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  • Writer's pictureRev. Dr. Dale A. Young

"Kids on the verge..."

“Panhandle kids on verge of mental-health crisis.” This headline appeared recently on the front page of the Miami Herald in reference to the aftermath of hurricane Michael that hit the Florida panhandle last year. The article reported that “when a thunderstorm passed through the Panhandle this winter, the sound was enough to distress some students just returning to school, reminding them of Hurricane Michael’s rage…”

This did not surprise me, in fact, in the aftermath of natural disasters, it is a common occurrence that emotions are provoked by a reminder event. For example, people who were traumatized by an earthquake may feel panic and distress months later during a tremor. In Miami, a woman who had survived hurricane Andrew and had rebuilt her damaged house, experienced a near emotional breakdown years later during a loud afternoon thunderstorm. The storm “triggered” the traumatic emotions that she had felt during Andrew.

When we conduct Grief Support Workshops in the aftermath of a natural disaster, we frequently hear participant stories of a “panic attack” or “emotional freeze” when a sound or sight triggers the previous trauma. The Miami Herald article described students running to their teachers in tears, fearing the storm might return. Their traumatic emotions had been aroused by a thunderstorm.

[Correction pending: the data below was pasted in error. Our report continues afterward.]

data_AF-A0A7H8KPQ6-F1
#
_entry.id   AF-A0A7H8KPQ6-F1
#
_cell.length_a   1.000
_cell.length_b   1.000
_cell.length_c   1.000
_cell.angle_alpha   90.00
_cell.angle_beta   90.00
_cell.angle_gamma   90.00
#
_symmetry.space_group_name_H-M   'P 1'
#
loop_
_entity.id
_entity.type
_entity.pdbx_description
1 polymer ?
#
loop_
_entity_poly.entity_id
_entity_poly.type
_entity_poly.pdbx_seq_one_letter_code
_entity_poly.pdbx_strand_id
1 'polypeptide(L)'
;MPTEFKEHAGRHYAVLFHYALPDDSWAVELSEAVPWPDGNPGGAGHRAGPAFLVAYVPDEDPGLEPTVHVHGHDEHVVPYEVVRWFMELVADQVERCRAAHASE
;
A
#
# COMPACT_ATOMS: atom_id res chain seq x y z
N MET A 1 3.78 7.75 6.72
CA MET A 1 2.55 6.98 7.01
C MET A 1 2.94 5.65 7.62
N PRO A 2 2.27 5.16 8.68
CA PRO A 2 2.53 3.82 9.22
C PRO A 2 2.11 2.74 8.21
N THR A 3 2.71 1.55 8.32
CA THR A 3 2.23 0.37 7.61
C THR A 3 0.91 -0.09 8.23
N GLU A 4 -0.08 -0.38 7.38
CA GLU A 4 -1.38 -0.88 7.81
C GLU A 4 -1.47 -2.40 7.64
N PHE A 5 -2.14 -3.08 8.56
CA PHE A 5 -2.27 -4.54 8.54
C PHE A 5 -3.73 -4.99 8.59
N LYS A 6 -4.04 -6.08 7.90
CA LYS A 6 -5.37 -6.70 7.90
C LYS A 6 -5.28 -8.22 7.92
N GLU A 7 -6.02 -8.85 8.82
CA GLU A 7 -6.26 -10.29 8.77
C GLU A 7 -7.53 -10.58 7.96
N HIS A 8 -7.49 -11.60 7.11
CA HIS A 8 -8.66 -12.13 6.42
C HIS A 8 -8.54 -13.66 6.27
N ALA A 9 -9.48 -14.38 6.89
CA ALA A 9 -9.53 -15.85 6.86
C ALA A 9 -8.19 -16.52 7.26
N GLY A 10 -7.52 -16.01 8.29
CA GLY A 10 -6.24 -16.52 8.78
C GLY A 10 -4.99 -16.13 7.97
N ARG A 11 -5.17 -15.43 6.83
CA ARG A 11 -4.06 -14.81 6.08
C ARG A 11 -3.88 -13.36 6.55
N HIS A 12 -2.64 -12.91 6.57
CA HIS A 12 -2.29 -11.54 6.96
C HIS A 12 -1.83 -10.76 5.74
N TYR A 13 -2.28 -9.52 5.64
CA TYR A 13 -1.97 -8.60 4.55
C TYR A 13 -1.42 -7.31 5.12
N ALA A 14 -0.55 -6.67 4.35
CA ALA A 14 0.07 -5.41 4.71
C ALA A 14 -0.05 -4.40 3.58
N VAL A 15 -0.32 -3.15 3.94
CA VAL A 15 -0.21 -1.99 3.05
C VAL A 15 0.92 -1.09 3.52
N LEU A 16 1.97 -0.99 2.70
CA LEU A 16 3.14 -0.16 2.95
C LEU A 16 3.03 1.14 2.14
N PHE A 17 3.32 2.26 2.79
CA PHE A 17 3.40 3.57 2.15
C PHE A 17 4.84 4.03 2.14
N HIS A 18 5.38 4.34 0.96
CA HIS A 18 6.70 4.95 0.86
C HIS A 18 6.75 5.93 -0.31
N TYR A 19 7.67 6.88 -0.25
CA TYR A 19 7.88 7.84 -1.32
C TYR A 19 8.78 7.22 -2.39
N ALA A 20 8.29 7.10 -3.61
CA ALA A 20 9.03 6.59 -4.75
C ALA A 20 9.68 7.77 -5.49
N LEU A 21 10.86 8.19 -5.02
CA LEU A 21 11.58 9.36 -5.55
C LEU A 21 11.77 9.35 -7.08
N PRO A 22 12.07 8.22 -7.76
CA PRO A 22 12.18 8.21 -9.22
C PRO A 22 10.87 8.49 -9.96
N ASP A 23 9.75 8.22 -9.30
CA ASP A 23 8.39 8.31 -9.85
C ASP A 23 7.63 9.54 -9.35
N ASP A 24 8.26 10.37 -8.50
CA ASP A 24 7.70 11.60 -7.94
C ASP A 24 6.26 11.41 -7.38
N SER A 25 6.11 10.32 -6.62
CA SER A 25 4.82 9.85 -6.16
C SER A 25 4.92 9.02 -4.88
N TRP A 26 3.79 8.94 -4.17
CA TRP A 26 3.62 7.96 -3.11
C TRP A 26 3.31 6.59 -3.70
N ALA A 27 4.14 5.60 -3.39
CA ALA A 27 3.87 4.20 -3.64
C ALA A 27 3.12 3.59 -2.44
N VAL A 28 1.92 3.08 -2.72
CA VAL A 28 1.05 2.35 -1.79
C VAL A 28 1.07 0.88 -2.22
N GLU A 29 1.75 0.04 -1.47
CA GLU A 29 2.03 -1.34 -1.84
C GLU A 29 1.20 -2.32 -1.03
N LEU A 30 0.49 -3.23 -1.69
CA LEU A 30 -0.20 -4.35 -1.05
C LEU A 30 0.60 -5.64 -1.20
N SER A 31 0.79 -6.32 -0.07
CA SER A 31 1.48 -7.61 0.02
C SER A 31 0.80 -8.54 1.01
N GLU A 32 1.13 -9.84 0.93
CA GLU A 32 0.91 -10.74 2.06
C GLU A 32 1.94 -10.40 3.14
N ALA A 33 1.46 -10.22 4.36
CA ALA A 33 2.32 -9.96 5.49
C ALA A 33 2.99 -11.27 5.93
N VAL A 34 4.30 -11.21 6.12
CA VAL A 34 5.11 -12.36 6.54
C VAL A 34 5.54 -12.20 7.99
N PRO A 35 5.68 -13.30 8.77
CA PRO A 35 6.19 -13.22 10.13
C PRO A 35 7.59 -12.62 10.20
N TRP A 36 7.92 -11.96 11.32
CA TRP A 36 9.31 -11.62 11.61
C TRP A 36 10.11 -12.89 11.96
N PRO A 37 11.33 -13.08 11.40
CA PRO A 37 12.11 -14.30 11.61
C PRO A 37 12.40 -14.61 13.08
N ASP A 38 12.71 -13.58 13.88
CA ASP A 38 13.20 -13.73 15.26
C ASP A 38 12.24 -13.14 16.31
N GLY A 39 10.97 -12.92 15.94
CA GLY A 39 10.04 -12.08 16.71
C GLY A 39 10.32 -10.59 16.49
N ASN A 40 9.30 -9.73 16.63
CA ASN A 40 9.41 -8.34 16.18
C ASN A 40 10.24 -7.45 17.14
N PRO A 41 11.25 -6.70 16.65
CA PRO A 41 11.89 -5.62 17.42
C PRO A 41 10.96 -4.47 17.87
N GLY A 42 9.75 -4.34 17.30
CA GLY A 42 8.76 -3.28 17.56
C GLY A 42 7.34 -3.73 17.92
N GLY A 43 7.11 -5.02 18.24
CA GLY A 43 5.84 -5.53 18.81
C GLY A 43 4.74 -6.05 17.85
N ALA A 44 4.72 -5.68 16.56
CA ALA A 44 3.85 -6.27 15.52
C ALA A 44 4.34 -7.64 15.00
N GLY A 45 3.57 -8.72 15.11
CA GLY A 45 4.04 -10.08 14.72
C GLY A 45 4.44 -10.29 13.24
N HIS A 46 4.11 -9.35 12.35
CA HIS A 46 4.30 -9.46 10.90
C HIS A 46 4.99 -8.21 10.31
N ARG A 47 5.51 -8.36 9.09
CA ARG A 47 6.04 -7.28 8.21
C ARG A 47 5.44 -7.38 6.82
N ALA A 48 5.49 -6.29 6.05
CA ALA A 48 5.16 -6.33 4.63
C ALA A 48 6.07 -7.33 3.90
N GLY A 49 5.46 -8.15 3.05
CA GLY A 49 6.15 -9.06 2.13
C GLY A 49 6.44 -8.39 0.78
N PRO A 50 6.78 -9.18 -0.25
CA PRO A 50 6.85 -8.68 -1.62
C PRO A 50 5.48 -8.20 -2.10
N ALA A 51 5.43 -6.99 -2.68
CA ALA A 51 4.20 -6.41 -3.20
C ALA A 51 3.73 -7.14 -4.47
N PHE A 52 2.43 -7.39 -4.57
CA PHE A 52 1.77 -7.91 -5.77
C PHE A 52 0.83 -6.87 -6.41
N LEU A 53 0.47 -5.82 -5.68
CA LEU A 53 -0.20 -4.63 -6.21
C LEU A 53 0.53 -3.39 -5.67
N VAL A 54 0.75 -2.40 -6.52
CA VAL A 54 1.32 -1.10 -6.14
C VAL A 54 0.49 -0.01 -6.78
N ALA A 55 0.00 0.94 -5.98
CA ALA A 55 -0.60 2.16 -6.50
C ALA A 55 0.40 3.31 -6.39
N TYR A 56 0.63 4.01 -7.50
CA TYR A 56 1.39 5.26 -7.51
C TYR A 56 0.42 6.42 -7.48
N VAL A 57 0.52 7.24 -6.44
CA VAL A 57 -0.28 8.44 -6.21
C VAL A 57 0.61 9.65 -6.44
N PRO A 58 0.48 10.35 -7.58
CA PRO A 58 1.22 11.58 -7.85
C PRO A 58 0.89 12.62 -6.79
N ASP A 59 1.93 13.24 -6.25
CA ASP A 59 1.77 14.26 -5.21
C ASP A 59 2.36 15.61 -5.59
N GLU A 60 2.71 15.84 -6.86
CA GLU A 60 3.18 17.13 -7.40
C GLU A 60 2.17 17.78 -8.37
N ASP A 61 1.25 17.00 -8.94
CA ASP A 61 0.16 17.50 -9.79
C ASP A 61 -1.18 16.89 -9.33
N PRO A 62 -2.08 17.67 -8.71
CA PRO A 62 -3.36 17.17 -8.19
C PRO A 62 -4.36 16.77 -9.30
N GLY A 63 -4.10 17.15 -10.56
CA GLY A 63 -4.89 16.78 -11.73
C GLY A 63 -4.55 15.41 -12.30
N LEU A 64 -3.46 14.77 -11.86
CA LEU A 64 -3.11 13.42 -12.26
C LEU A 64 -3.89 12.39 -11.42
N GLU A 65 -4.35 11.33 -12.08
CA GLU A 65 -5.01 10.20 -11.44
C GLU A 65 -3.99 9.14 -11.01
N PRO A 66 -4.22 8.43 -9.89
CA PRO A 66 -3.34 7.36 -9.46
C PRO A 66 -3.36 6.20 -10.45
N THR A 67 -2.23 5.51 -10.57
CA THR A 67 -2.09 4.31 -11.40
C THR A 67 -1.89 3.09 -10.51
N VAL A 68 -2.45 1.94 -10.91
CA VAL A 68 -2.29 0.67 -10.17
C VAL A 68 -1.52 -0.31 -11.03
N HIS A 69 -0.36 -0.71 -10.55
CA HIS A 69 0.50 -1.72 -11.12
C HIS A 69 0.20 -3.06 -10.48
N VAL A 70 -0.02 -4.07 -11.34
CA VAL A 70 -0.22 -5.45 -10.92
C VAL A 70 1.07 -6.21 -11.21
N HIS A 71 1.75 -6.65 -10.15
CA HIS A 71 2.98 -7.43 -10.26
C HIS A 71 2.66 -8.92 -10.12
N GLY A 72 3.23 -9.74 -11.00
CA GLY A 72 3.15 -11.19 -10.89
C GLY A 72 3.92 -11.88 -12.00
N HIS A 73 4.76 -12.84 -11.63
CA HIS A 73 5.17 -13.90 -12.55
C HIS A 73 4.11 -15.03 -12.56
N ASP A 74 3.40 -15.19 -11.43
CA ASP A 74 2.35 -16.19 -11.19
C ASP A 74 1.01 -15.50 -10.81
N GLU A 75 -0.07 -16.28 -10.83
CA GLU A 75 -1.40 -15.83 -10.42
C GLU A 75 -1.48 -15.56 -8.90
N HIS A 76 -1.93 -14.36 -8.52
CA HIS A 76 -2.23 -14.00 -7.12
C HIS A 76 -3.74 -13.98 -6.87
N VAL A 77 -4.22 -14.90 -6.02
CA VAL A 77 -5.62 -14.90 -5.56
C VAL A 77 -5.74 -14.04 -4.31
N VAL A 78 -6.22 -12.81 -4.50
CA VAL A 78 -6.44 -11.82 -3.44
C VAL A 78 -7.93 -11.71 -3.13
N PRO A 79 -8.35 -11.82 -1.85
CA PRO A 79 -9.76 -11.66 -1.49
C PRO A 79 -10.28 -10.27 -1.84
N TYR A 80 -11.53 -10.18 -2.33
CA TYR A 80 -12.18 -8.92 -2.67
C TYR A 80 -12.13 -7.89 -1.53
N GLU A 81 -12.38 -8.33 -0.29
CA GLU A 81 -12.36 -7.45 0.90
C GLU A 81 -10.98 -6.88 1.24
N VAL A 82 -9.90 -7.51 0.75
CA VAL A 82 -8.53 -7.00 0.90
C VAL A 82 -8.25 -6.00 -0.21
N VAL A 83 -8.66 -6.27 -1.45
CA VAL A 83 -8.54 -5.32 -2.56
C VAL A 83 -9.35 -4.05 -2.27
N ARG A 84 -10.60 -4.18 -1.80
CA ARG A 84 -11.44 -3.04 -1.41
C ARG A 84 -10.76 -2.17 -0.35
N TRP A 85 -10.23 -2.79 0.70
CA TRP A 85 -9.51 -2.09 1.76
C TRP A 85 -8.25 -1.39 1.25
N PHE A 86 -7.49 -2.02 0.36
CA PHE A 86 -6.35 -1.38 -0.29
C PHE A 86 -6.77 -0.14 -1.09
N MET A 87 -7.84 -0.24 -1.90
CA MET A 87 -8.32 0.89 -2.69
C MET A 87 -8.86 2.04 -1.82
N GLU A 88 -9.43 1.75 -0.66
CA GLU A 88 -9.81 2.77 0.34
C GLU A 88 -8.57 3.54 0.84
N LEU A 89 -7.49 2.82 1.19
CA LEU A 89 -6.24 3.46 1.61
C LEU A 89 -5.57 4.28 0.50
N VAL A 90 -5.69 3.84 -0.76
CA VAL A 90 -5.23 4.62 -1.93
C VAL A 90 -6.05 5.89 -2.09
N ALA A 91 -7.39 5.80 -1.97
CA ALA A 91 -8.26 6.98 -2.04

This takes us back to the headline, “Panhandle kids on the verge of mental-health crisis.” When a natural disaster occurs, disaster response teams show up with water and food. They conduct rescue operations. They open emergency shelters for those who lost their homes. Psychological First Aid is provided for victims, but in the long aftermath (which can go on for years) emotional support almost always takes a back seat to physical needs.

The school district most affected by hurricane Michael has not received any federal or state funding specifically for mental-health needs related to Michael. (Miami Herald. June 14, 2019 p.4) It can often take months before mental-health issues appear. Meanwhile the school district conducted a survey and found that more than a third of the district’s roughly 30,000 students and staff likely have clinical symptoms of depression, anxiety or PTSD.

As we developed our faith-health model of grief support, we learned to incorporate training that recognizes “emotional triggers” as a normal experience of victims of traumatic loss. Parents, teachers and faith leaders who participated in our grief support training workshops agreed that it may take years to emotionally and spiritually recover from traumatic loss. During that extended period of grief, social and spiritual support can significantly improve the odds for healthy adaptation. That is why Global Grief Support, Inc. is so committed to continuing to train faith-based facilitators of grief support.


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